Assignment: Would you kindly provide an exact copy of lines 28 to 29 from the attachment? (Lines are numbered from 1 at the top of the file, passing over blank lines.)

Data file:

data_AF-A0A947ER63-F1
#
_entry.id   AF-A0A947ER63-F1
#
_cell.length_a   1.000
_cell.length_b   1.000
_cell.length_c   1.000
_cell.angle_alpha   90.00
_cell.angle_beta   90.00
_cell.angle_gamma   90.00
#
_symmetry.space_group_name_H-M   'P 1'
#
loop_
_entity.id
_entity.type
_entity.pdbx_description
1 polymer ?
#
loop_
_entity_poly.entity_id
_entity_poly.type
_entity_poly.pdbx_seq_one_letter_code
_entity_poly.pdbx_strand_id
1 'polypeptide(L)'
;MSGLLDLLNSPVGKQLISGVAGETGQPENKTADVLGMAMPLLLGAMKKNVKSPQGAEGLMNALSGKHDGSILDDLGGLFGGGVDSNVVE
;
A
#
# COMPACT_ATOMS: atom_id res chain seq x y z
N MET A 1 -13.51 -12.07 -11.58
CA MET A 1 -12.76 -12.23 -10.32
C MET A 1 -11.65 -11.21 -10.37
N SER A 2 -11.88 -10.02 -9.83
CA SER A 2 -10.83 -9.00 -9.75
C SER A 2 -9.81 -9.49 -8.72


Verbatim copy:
A
#